Home > Lifestyles, Natasha Josefowitz > Inner Voices of Reason and Emotion

Inner Voices of Reason and Emotion

By Natasha Josefowitz, Ph.D.

Natasha Josefowitz

LA JOLLA, California– It starts in the morning: Voice 1: “Get up!” Voice 2: “I’m still sleepy.” Voice 1 impatiently: “You’ll be late for work!” Voice 2, pleading: “Five more minutes.”

It goes on at breakfast: Voice 1: “Whole-wheat toast and fruit!” Voice 2: “There’s a doughnut left in the fridge.” Voice 1: “It’s all fat and sugar!” Voice 2: “Just this once.”

And so the voices continue throughout the day with every decision we have to make—from “Shall I walk up the three flights to my office or take the elevator?” to “Shall I criticize my colleague’s report or let it go?”

We all have many voices that send us very different messages—there is a worrier voice that always says “Be nice, don’t make trouble,” another that tells you to have fun and forget about the consequences, and an often loud one that is always ready to criticize: “You shouldn’t have, you’re stupid, don’t believe that compliment, you haven’t tried hard enough, it is not good enough, you’ll never make it.” etc.

It is important for all of us to identify the different voices in our heads so that we can decide which ones to listen to and when, and which ones are too critical or too inflammatory or too protective. Among all the static, there is a self, an inner core, the ego that is the decision maker, who decides what voices will be listened to and which will be told to shut up. When facing a decision, ask yourself which voice of yours seems to be loudest, and then pay attention to the other one too.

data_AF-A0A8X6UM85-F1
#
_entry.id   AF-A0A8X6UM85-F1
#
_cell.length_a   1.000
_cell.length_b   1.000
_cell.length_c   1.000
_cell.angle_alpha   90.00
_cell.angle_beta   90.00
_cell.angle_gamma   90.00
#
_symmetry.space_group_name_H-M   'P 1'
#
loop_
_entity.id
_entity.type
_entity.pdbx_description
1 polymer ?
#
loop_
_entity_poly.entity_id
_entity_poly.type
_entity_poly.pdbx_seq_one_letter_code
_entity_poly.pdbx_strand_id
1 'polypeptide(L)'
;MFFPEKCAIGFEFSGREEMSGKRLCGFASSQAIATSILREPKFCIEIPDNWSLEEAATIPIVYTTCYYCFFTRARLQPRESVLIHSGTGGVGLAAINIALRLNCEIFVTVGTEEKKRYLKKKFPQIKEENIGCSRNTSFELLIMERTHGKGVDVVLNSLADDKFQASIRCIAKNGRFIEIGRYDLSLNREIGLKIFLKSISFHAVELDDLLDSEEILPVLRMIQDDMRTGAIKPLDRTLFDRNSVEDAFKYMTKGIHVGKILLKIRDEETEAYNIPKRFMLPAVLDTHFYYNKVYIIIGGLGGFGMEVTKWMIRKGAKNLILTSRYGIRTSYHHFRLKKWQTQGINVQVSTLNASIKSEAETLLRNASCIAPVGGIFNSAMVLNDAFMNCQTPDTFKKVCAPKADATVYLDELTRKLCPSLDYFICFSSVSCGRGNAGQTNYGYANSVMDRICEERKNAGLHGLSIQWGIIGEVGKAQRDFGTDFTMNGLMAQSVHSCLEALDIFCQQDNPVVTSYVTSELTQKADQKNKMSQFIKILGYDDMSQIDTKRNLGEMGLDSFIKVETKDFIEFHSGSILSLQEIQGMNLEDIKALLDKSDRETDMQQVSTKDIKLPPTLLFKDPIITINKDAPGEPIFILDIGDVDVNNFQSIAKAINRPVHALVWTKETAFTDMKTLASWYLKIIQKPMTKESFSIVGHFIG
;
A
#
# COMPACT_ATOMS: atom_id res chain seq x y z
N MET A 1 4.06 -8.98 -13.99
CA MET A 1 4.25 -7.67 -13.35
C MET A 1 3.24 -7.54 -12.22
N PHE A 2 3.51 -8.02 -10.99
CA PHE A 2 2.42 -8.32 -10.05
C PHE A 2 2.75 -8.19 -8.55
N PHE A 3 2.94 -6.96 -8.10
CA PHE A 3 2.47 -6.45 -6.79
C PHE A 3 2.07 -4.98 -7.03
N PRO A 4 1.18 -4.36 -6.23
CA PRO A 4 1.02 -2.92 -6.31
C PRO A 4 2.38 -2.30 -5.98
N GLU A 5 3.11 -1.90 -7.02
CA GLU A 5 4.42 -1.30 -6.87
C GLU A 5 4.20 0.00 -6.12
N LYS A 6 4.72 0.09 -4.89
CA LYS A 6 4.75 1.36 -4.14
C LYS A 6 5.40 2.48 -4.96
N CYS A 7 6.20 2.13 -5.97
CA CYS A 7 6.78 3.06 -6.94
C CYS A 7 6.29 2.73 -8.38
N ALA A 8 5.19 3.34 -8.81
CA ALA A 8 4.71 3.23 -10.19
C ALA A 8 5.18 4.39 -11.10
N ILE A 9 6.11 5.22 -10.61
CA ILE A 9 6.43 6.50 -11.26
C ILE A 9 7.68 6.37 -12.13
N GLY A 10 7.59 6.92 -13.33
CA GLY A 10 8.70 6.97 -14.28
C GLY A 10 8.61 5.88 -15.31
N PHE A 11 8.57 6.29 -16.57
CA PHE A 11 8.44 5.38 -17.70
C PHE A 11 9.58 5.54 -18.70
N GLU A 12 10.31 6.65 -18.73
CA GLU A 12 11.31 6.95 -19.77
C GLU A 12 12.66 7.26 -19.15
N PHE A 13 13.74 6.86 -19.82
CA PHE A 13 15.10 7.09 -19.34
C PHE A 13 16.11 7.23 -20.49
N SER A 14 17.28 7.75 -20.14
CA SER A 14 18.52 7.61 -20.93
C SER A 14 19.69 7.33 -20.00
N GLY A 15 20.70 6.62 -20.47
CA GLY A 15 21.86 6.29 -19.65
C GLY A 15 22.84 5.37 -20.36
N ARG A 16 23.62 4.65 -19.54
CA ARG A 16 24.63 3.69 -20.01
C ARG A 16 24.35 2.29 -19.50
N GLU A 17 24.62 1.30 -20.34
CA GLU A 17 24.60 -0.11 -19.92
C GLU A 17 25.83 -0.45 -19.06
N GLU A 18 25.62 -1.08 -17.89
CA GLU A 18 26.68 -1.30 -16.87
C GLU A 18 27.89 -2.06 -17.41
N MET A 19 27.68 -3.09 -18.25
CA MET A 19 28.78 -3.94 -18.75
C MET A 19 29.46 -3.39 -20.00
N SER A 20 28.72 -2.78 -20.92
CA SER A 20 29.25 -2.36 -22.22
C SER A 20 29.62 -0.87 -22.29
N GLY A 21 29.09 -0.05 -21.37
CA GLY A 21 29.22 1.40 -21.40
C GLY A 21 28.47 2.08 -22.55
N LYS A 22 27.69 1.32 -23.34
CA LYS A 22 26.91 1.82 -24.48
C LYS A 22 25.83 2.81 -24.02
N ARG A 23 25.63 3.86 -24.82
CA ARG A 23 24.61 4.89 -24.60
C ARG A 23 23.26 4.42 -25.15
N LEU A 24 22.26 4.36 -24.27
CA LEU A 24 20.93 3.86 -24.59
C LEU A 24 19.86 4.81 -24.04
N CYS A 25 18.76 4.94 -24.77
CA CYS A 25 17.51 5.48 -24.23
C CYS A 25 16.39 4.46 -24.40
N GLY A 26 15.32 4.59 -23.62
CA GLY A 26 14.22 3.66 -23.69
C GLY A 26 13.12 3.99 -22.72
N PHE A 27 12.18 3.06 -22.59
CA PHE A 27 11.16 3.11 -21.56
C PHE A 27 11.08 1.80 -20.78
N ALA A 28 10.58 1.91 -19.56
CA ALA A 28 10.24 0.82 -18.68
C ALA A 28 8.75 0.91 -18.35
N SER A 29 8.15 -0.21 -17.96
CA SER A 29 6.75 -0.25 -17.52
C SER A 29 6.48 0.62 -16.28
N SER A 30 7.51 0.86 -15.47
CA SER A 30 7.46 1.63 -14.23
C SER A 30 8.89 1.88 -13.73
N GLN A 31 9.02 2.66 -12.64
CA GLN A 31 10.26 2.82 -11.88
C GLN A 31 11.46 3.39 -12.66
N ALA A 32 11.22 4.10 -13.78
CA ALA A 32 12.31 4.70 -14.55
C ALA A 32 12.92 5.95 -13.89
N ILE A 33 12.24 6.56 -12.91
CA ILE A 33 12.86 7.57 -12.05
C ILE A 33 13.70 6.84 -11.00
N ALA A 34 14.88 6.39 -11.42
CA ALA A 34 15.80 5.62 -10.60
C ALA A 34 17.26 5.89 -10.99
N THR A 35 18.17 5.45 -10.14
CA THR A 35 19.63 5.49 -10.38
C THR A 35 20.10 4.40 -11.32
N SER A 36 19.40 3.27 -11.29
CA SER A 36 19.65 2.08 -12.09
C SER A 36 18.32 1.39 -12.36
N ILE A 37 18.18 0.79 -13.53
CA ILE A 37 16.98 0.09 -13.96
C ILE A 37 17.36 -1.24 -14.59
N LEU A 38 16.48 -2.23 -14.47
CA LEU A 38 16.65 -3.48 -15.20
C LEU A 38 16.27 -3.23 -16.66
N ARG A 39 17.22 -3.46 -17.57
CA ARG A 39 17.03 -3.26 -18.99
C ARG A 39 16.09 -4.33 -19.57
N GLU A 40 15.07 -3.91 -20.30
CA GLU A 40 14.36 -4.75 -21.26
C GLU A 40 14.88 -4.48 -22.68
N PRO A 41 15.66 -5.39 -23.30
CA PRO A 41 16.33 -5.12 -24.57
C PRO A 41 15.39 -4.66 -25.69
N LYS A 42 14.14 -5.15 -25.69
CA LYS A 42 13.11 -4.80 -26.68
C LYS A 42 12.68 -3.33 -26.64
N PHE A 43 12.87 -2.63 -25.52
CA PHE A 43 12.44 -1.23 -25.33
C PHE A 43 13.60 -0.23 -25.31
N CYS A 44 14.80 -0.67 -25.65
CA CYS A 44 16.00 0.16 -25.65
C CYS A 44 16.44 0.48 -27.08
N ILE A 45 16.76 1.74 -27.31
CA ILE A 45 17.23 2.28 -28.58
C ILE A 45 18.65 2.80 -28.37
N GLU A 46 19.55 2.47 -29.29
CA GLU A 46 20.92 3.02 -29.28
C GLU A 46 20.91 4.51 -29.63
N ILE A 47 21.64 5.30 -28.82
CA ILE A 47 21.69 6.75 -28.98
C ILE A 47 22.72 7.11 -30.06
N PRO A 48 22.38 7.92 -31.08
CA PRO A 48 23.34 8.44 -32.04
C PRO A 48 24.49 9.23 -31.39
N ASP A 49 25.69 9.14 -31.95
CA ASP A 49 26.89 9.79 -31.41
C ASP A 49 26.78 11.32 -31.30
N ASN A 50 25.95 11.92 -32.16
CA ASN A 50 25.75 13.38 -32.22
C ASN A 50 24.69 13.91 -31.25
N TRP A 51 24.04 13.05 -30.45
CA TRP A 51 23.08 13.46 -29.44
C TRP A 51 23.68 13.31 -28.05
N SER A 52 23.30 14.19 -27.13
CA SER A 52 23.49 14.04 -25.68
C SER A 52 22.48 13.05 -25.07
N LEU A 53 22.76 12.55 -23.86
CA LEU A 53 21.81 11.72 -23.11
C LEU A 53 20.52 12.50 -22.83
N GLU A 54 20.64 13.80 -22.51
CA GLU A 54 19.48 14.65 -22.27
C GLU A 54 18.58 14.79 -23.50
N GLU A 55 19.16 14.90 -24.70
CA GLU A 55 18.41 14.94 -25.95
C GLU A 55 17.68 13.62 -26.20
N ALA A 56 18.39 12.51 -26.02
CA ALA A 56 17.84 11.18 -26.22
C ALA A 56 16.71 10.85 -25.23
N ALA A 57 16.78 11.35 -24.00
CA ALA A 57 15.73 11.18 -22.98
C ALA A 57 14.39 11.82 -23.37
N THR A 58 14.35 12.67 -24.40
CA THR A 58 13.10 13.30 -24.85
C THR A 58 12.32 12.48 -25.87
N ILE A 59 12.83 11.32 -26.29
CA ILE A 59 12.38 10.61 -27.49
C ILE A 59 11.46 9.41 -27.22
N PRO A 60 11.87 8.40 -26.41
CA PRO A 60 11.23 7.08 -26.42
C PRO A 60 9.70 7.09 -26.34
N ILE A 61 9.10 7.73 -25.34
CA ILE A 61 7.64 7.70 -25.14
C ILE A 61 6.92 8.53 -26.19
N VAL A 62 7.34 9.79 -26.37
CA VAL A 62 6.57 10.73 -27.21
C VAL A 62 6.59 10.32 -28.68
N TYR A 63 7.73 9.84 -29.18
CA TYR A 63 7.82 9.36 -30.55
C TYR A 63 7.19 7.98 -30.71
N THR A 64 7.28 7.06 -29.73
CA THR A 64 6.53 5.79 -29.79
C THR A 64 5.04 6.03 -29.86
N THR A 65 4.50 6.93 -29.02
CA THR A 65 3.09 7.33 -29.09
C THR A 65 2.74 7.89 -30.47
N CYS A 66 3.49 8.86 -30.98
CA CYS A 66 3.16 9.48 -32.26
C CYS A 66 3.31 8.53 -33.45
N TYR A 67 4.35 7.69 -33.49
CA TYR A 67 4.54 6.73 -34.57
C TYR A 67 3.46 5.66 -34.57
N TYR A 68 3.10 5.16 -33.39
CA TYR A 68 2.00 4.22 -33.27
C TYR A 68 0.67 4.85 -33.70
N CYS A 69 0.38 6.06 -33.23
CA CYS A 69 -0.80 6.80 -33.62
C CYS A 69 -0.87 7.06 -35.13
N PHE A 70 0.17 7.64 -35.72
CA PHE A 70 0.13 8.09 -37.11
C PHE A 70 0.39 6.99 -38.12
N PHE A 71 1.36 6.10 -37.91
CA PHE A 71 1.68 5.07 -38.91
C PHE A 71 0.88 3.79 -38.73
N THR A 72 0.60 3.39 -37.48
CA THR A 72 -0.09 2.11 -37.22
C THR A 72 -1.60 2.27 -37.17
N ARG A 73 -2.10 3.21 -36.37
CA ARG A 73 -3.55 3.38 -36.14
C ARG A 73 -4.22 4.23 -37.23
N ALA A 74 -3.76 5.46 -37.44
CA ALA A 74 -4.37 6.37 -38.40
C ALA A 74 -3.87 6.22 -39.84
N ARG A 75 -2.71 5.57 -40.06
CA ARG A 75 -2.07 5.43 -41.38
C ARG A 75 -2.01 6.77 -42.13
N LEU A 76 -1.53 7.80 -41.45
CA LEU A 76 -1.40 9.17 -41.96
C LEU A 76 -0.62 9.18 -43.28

The voices sometimes do not get heard in time—like when we lose our temper and then regret it, the rational voice too soft to stop us, overshadowed by the stronger voice of emotion. Generally, the emotional voices are louder than the voices of reason. Emotions flood us, we react impulsively, unable to lower the volume of the hurt, the anger, the frustration. Remember the advice of counting to ten before responding? It is to give time for the emotional voice to quiet down and allow the rational one to be heard.

It is the emotional voice that gets us into trouble, yet it is a voice that needs to be taken into account. It gives us clues as to what is going on inside of ourselves. People who have shut down their emotional voice cannot connect to these voices in others and thus may be missing important information as to the emotional climate around them. People who have dimmed their voice of reason are prone to the seesaws of their feelings, buffeted by the both ill winds and soft breezes of emotional ups and downs.

If you watch and listen to people, you will be able to figure out which voices control them and you will be able to better predict their behaviors. Knowing this will also help you find the best ways to communicate with them and to appeal to their predominant ways of thinking.

And if you can figure out what your voices are trying to achieve, you’ll never again say, “I don’t understand why I did (said) that.” You’ll be able to blame that mischievous voice of yours.

Josefowitz is an author and freelance writer based in La Jolla. This article appered previously in La Jolla Village Voice

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